A YOUNG conservationist from the Wee County has already made his mark protecting some of Scotland's must vulnerable rivers at the age of just 22.

Clackmannanshire's very own Niall Provan is part of a select team working on the Larig Restoration Project, part of the wider River Teith Catchment Project, in an initiative to protect Scotland's rivers from climate change.

The work undertaken seeks to improve the River Larig and its surrounding habitat through large scale tree planting in addition to in-river and bankside restoration works.

Niall got involved after he completed a modern apprenticeship through Scotland's Rural College (SRUC), the Callander Landscape Partnership (CLP) and the Callander Youth Project Trust.

He works as a project support officer with Forth Rivers Trust with the Larig Restoration Project funded by NatureScot as part of the Biodiversity Challenge Fund (BCF), and as a response to Marine Scotland's wider initiative to protect rivers from climate change.

Niall said: "I was lucky enough to get involved in a large-scale tree planting and river restoration project on the River Larig near Balquhidder, headed by Forth Rivers Trust.

"The project I'm working on aims at improving the biodiversity of the river, as well as looking at the impact climate change is having on River Larig's fish population.

"So far I've been river surveying, invertebrate sampling, and electro-fishing, a technique that allows us to capture and survey fish without doing them harm.

"This project follows up on previous riparian woodland planting works on the Larig, which have been ongoing since 2019.

"These riparian corridors will provide shade and help to cool the water from rising summer temperatures.

"This is important to maintain a healthy fish population.

"Once the trees have grown to a more mature height, branches, leaves, detritus and even whole trees will fall into the river providing nutrient input which the river is sorely lacking.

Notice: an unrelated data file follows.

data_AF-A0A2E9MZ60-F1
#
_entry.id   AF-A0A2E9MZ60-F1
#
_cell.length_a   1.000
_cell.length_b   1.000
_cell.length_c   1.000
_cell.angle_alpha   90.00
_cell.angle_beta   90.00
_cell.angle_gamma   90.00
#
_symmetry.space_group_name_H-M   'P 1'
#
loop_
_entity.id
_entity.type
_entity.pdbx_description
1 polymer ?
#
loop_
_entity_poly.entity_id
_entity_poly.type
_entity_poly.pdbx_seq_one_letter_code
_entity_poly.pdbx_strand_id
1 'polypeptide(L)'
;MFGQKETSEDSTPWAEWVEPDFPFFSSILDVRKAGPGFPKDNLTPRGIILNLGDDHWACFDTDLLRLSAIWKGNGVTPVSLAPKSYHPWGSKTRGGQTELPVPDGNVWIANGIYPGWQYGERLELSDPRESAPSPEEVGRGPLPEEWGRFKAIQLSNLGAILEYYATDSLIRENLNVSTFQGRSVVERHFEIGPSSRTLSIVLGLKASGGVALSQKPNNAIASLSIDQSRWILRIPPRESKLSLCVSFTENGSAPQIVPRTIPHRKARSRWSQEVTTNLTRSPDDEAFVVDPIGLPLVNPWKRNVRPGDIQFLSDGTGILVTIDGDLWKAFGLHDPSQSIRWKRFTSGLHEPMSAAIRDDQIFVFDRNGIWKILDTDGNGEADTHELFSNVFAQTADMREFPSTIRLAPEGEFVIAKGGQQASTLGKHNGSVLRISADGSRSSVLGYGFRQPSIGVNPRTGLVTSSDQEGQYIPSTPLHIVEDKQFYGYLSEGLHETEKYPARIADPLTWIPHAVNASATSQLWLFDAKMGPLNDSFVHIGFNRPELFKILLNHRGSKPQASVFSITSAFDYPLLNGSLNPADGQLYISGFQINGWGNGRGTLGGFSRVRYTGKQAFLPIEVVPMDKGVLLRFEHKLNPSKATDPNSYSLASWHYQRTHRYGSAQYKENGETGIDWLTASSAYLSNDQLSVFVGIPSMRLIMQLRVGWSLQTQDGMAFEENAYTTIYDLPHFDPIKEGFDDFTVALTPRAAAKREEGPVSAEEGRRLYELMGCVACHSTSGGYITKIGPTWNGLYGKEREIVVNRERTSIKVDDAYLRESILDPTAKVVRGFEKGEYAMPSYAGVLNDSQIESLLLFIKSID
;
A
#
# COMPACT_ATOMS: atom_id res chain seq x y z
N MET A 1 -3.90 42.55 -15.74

"This in turn will lead to more invertebrates in the river, which will be eaten by fish and support their population."

The works undertaken by Niall and the team will improve the biodiversity of the river and the surrounding area while providing shade and refuge for migratory Atlantic salmon, as well as other aquatic species.

The in-river works include the creation of large woody structures, consisting of repurposed wind-blown trees, which will provide shade for salmonid species and replicate natural river processes to create diversity in the flow of the river."

Indeed, Atlantic salmon populations are currently on the down, possibly due to pressures such as pollution, overfishing and climate change.

Projects, such as the one Niall is involved in, hope to create areas of sanctuary for salmon to spawn and help to boost their numbers once more.

Niall added: "Part of our job is to survey each site using drone mapping software. The before and after images will allow us to see the effect our work has had on the banks, on the water flow and general composition of the river."